librsync  2.3.4


To build librsync you will need:

  • A C compiler and appropriate headers and libraries
  • CMake
  • Some build tool supported by CMake: Make is most common, Ninja is nicer.
  • popt command line parsing library
  • Doxygen - optional, to build docs


Generate the Makefile by running

$ cmake .

After building you can install rdiff and librsync for system-wide use.

$ make

To build and run the tests:

$ make check

To install:

$ sudo make install

To build the documentation:

$ make doc

librsync should be widely portable. Patches to fix portability bugs are welcome.

If you are using GNU libc, you might like to use

MALLOC_CHECK_=2 ./rdiff

to detect some allocation bugs.

librsync has annotations for the SPLINT static checking tool.

Build options

The build is customizable by using CMake options in the configure step:

$ cmake -D <option-name>=<value> .

If you are interested in building only the librsync target, you can skip the rdiff build. In this way you don't need its dependencies (e.g. popt). To do that, set the BUILD_RDIFF option to OFF:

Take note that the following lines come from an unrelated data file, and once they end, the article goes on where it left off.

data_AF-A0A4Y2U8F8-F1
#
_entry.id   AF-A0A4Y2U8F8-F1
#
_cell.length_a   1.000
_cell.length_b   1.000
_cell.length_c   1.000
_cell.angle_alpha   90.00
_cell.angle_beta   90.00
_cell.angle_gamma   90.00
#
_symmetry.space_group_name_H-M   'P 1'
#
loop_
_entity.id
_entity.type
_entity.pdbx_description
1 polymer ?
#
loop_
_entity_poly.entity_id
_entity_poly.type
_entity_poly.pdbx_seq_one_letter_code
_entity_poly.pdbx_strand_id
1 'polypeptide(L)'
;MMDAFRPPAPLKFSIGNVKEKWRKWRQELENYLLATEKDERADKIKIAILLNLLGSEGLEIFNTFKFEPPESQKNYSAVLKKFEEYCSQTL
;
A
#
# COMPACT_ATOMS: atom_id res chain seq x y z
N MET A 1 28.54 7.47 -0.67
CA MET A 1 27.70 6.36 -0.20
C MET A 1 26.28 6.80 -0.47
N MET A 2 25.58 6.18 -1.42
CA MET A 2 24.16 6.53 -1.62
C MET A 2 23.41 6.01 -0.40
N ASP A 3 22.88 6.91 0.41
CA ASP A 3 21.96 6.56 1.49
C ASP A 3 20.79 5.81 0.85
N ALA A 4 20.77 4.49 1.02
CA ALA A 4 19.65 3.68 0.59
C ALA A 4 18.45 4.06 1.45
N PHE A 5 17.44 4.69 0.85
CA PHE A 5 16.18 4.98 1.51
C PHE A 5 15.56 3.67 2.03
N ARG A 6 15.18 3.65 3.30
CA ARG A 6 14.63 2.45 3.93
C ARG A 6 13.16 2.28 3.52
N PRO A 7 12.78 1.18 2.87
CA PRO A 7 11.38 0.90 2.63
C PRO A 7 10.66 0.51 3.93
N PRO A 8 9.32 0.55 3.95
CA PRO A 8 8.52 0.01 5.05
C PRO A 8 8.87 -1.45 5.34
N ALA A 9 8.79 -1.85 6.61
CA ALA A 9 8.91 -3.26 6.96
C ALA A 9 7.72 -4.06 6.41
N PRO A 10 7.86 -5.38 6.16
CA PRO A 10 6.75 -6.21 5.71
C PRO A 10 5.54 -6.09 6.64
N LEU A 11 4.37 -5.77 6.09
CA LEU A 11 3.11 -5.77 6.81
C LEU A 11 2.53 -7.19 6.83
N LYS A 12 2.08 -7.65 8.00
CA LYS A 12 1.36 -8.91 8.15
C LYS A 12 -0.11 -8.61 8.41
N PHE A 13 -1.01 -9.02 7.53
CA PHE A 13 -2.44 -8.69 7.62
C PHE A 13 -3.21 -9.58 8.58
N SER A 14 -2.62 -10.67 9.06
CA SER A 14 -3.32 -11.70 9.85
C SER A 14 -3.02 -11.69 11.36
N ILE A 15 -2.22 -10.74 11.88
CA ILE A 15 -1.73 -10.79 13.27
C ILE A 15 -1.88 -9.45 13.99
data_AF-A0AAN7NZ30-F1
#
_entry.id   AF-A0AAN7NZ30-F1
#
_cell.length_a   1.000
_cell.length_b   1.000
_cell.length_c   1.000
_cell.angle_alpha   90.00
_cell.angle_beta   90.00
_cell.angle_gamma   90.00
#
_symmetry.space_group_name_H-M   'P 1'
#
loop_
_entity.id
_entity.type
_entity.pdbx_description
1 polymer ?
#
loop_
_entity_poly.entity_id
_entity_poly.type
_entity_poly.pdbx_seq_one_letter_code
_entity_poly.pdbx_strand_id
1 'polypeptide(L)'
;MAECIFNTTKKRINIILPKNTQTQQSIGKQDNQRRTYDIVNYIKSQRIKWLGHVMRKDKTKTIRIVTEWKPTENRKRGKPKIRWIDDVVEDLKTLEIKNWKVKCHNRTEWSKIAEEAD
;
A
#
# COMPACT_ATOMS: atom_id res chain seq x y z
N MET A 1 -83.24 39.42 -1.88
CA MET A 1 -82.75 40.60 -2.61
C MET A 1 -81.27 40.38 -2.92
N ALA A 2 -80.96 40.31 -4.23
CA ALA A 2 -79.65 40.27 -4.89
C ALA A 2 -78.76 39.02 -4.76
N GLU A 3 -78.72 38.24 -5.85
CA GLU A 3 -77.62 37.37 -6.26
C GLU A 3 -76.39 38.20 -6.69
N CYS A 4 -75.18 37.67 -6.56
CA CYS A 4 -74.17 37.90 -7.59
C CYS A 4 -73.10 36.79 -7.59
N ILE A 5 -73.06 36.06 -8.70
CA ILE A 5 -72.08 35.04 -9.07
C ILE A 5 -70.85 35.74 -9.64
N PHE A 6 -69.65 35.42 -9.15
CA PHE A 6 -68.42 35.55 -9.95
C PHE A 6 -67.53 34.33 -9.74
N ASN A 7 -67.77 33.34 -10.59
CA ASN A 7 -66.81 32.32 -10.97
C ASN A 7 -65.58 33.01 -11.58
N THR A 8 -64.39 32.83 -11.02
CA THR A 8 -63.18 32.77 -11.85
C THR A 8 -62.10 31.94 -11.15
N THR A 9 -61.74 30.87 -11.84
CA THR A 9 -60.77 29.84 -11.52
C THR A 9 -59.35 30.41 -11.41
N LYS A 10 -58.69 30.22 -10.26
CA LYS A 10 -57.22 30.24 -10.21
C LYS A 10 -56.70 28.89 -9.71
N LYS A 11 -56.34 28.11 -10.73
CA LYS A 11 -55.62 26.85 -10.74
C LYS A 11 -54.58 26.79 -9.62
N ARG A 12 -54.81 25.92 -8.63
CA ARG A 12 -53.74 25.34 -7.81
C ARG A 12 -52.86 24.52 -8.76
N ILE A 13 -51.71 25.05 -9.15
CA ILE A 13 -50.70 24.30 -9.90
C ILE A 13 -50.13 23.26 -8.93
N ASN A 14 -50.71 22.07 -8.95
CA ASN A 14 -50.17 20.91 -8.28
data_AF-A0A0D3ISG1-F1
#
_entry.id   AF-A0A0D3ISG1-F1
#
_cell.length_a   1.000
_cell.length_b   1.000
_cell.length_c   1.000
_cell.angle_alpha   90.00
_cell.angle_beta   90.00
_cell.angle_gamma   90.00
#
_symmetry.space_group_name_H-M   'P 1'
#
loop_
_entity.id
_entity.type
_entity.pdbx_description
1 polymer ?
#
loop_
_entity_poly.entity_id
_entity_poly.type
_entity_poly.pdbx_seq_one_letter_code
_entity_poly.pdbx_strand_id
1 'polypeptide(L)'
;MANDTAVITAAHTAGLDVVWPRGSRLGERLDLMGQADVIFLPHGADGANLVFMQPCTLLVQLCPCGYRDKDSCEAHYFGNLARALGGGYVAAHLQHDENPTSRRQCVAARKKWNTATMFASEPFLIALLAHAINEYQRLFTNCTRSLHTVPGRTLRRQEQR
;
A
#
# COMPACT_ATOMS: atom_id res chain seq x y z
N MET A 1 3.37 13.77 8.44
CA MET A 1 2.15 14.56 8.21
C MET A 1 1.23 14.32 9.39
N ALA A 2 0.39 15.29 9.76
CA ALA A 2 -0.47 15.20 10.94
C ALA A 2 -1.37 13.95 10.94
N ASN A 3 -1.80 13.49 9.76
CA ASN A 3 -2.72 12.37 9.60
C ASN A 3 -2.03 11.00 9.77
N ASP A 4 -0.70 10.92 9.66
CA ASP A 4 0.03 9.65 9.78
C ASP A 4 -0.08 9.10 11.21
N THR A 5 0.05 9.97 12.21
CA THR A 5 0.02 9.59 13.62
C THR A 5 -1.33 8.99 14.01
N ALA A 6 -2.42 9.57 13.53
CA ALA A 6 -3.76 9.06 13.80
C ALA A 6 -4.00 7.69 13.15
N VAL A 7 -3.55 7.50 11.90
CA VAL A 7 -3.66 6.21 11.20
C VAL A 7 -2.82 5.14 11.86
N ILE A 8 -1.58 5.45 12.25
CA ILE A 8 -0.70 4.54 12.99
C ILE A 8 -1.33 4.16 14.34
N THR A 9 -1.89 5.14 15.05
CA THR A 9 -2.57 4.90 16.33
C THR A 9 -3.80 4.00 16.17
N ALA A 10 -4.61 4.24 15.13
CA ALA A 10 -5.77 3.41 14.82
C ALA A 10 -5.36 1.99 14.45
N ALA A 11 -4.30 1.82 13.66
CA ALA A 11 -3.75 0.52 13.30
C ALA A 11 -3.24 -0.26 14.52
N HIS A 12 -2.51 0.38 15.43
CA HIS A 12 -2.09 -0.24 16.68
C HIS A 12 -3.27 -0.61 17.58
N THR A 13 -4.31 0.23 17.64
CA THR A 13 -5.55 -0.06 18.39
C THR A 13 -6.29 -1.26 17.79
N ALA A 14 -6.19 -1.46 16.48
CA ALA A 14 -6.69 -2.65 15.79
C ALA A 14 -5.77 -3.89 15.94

$ cmake -D BUILD_RDIFF=OFF .

Be aware that many tests depend on rdiff executable, so when it is disabled, also those tests are.

Compression support is under development (see #8). It is so disabled by default. You can turn it on by using ENABLE_COMPRESSION option:


To build code for debug trace messages:

$ cmake -D ENABLE_TRACE=ON .

Ninja builds

CMake generates input files for an underlying build tool that will actually do the build. Typically this is Make, but others are supported. In particular Ninja is a nice alternative. To use it:

$ cmake -G Ninja .
$ ninja check


With Cygwin you can build using gcc as under a normal unix system. It is also possible to compile under Cygwin using MSVC++. You must have environment variables needed by MSVC set using the Vcvars32.bat script.